Posted: Thursday, May 06, 2010 11:00 AM
Rich Pedroncelli/Associated Press
University of California researcher Frank Mitloehner is seen with some Holstein dairy cows inside a Òbio-bubbleÓ at the Davis campus, in 2005. Cows are kept inside the bio-bubbles, which are covered corrals where monitors can measure the gases the cows emit. MitloehnerÕs research could affect regulations nationwide.
Researcher finds dairies contribute small portion to greenhouse gases
By TIM HEARDEN
Frank Mitloehner didn't expect to become a household name in climate change circles.
The University of California-Davis air-quality expert has rather quietly toiled with studies on such things as dust emission and microbial sampling in feedlot cattle and pigs in the 10 years since earning his doctorate at Texas Tech University.
But a report he co-wrote last fall -- one of 33 technical articles he's worked on during the past decade -- pulled him out of relative obscurity.
Mitloehner in October unveiled "Clearing the Air: Livestock's Contribution to Climate Change," which questioned a 2006 United Nations study that asserted that livestock operations are responsible for 18 percent of the world's greenhouse gases.
Recently, a UN scientist who worked on the study titled "Livestock's Long Shadow" acknowledged that Mitloehner "has a point" when asserting that American beef and dairy production accounts for a much lower percentage of the gases believed to cause global warming.
And a new report by the United Nations' Food and Agriculture Organization appears to validate Mitloehner's study, showing the global dairy sector contributes just 2.7 percent of the world's greenhouse gases and that North American dairy farms have the world's lowest emissions.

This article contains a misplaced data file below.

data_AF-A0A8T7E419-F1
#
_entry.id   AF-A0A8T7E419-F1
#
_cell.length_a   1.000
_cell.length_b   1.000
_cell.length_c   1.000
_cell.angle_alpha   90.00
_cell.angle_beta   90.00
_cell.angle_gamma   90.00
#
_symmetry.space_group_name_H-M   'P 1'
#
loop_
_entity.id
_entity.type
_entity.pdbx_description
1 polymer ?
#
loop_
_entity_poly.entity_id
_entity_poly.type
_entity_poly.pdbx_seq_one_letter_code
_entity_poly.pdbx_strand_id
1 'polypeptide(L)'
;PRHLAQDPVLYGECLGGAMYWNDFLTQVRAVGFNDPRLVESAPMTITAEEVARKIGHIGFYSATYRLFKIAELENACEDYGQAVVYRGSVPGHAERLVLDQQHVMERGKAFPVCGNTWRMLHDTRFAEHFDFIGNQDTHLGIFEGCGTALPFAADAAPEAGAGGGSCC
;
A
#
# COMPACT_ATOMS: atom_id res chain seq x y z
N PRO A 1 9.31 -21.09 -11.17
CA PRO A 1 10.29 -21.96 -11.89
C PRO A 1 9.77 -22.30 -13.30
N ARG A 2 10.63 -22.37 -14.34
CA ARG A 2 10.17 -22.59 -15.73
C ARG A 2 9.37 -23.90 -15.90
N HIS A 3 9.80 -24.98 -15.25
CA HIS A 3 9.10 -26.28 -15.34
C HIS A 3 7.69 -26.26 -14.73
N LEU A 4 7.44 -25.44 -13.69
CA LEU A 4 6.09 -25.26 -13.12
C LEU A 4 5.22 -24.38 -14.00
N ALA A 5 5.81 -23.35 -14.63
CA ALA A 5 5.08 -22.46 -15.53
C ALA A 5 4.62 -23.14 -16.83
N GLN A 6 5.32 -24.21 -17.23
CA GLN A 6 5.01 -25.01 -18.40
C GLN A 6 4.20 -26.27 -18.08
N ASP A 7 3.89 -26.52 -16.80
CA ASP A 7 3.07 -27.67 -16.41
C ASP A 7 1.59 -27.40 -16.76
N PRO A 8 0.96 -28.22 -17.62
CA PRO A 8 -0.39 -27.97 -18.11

Today, search for Mitloehner's name on the Internet and the word "meat" and you'll find some 11,800 entries.
"Most of them just came out in the last month," Mitloehner said. "You will see articles from all over the world -- India, Finland, Chile, Britain, you name it. You'll find that this issue of meatless Mondays has been revisited because of our contribution.
"I think I feel overwhelmed" at all the sudden notoriety, he said. "I think the only response to that is you feel overwhelmed because as a scientist, you're not used to having that interaction with the media."
Mitloehner, an associate professor and cooperative extension specialist at UC-Davis, told a room full of Northern California ranchers last fall that he believes manmade global warming is real but that he questions the degree to which livestock contributes to it.
In the "Clearing the Air" article he wrote with fellow scientists Maurice Pitesky and Kim Stackhouse, Mitloehner made use of U.S. Environmental Protection Agency reports that agriculture as a whole emits only 5.8 percent of the nation's greenhouse gases.
In California, where about 20 percent of U.S. cows reside and produce some 280 million pounds of manure a day, state officials say only 5.4 percent of greenhouse gases come from agriculture, Mitloehner said.
Recently, Pierre Gerber, the FAO's livestock policy adviser and an author of "Livestock's Long Shadow," told the BBC that Mitloehner "has a point" in criticizing the UN for factoring such things as trucking of cattle and feed production into livestock's carbon footprint but not doing the same thing for transportation or other industries.
Further, a new UN report, "Greenhouse Gas Emissions from the Dairy Sector -- A Life Cycle Analysis," found that beef and milk production from the global dairy herd accounts for 4.1 percent of global greenhouse gas emissions.
The study asserts the U.S. livestock industry has the fewest emissions of greenhouse gases per unit, and that its efficiency could be a model for the rest of the world.
Mitloehner said he has noticed that the tone of coverage has changed for some media organizations that previously portrayed the beef and dairy industries as destructive to the planet.
"Prior to our article, everyone said if you cut animal protein from your diet, this is the biggest contribution you could make to reduce global warming," Mitloehner said. "I think we infused some science into this discussion. I don't think it was always all that scientific."
Greenhouse Gas Emissions from the Dairy Sector -- A Life Cycle Analysis: www.fao.org/news/story/en/item/41348/icode